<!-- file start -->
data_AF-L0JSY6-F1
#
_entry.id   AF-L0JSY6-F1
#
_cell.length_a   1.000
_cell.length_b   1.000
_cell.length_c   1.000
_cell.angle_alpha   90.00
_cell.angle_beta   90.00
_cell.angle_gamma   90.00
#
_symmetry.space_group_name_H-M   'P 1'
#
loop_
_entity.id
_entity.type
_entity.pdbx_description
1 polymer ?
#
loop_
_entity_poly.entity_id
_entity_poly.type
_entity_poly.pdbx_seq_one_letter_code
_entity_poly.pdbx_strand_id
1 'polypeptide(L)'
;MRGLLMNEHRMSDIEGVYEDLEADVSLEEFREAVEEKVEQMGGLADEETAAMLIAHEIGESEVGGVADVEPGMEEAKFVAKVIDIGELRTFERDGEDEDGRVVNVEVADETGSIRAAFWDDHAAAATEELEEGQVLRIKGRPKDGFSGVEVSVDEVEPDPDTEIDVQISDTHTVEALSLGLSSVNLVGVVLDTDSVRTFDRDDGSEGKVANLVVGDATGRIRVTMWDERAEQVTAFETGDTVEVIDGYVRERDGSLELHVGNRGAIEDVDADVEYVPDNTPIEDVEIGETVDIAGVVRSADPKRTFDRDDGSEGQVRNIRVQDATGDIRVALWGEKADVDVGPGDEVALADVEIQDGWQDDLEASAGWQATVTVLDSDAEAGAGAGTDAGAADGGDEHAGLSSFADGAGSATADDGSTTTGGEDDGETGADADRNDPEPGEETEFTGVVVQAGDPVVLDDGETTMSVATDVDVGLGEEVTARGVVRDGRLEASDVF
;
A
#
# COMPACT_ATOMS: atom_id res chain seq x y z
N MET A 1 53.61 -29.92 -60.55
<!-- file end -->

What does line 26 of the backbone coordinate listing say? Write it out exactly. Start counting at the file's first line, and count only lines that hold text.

;MRGLLMNEHRMSDIEGVYEDLEADVSLEEFREAVEEKVEQMGGLADEETAAMLIAHEIGESEVGGVADVEPGMEEAKFVAKVIDIGELRTFERDGEDEDGRVVNVEVADETGSIRAAFWDDHAAAATEELEEGQVLRIKGRPKDGFSGVEVSVDEVEPDPDTEIDVQISDTHTVEALSLGLSSVNLVGVVLDTDSVRTFDRDDGSEGKVANLVVGDATGRIRVTMWDERAEQVTAFETGDTVEVIDGYVRERDGSLELHVGNRGAIEDVDADVEYVPDNTPIEDVEIGETVDIAGVVRSADPKRTFDRDDGSEGQVRNIRVQDATGDIRVALWGEKADVDVGPGDEVALADVEIQDGWQDDLEASAGWQATVTVLDSDAEAGAGAGTDAGAADGGDEHAGLSSFADGAGSATADDGSTTTGGEDDGETGADADRNDPEPGEETEFTGVVVQAGDPVVLDDGETTMSVATDVDVGLGEEVTARGVVRDGRLEASDVF